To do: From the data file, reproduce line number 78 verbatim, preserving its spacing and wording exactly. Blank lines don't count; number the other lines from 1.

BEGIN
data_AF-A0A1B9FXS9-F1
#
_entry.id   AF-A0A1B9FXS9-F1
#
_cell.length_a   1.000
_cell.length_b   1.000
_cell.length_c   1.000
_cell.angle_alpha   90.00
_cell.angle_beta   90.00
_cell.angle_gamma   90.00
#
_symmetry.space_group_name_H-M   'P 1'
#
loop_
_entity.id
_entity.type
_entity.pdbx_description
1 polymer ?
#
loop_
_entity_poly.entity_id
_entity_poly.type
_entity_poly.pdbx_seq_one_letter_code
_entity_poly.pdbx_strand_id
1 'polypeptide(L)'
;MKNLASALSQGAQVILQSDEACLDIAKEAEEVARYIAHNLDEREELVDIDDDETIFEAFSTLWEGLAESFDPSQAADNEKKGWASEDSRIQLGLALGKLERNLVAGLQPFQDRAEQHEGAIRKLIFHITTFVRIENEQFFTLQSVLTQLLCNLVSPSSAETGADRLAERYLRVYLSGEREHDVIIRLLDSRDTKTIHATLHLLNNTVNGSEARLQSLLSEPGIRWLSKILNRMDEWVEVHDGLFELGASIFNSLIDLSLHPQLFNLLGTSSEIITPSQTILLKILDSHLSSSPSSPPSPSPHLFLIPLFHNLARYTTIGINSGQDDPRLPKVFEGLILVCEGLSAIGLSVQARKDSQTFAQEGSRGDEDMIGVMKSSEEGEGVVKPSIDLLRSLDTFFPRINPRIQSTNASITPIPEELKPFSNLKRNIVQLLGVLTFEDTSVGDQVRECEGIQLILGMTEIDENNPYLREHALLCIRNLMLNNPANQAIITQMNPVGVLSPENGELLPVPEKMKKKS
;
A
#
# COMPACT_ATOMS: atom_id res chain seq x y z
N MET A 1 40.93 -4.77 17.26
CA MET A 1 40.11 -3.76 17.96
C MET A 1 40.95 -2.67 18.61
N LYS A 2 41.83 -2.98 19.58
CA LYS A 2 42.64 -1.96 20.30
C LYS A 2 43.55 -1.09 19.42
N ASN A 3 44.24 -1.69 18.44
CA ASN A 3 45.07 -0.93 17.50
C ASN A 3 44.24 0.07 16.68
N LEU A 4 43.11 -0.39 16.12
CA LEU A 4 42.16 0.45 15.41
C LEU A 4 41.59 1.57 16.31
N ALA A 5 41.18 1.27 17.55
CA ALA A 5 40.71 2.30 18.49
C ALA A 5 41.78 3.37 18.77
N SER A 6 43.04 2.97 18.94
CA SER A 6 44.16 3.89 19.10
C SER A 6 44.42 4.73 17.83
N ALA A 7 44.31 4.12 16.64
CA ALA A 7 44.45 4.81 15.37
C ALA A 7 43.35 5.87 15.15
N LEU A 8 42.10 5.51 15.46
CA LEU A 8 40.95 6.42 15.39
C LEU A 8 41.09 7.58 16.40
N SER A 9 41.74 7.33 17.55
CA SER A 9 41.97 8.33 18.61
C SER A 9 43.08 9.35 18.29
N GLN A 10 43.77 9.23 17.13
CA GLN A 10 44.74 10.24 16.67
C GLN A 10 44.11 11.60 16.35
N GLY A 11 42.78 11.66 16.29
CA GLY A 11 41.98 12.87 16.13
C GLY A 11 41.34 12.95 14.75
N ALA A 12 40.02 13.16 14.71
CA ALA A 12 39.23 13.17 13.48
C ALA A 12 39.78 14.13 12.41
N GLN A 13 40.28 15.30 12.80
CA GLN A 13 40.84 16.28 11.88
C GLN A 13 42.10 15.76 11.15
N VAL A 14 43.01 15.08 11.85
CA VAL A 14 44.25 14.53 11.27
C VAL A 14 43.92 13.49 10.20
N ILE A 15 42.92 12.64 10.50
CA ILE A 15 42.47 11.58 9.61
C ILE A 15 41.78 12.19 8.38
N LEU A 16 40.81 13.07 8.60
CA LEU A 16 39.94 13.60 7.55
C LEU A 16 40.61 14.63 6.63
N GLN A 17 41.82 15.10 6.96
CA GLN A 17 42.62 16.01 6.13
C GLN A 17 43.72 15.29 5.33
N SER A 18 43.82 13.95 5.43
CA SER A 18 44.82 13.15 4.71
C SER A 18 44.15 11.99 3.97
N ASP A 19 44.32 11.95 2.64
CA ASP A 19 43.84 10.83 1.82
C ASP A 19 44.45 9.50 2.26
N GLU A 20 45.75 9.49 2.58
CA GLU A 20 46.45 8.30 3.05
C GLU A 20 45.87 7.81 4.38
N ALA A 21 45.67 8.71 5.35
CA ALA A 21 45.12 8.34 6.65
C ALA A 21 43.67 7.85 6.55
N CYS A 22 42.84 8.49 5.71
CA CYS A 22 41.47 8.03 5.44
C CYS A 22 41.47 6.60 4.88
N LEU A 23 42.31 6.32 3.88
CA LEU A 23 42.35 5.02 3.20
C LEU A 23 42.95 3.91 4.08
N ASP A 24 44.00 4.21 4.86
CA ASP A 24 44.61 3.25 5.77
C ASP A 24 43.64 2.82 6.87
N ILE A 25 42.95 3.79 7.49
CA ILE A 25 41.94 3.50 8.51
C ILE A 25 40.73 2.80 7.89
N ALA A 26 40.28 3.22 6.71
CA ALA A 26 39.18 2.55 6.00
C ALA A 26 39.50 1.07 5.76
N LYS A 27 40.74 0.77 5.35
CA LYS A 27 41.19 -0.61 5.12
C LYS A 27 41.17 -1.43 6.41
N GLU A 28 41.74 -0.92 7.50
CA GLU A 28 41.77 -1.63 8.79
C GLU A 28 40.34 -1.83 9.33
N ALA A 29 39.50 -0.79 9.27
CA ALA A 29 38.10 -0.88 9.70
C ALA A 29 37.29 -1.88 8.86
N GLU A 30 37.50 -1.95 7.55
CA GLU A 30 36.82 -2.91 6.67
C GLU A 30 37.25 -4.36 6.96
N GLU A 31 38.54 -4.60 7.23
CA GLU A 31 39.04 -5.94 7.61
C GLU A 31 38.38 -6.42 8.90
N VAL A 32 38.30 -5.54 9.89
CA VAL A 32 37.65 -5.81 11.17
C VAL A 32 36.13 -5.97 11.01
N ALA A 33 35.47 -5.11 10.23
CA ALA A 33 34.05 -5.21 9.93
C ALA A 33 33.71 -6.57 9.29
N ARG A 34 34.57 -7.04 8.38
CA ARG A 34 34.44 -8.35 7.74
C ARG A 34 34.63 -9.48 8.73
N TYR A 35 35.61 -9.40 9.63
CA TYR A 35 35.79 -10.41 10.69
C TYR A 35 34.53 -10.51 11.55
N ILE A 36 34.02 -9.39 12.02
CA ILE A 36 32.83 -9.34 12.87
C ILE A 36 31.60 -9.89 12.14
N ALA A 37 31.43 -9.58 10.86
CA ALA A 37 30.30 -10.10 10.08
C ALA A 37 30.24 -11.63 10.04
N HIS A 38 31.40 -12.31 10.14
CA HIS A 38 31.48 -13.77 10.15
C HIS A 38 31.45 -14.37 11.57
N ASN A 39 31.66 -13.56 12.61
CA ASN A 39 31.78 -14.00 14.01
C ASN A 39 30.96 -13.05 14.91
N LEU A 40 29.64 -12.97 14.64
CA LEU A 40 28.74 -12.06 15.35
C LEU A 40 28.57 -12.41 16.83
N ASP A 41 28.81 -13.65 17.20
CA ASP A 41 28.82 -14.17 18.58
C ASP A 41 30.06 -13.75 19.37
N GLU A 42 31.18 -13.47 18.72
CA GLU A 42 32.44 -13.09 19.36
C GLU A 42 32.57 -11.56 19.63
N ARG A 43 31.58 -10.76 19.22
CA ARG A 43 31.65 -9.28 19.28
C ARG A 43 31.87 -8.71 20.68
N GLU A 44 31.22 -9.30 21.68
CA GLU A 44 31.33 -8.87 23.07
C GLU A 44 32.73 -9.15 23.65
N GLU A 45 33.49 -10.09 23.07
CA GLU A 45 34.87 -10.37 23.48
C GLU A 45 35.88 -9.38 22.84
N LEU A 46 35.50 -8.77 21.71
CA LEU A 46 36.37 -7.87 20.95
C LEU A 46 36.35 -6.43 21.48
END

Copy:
C LEU A 16 40.61 14.63 6.63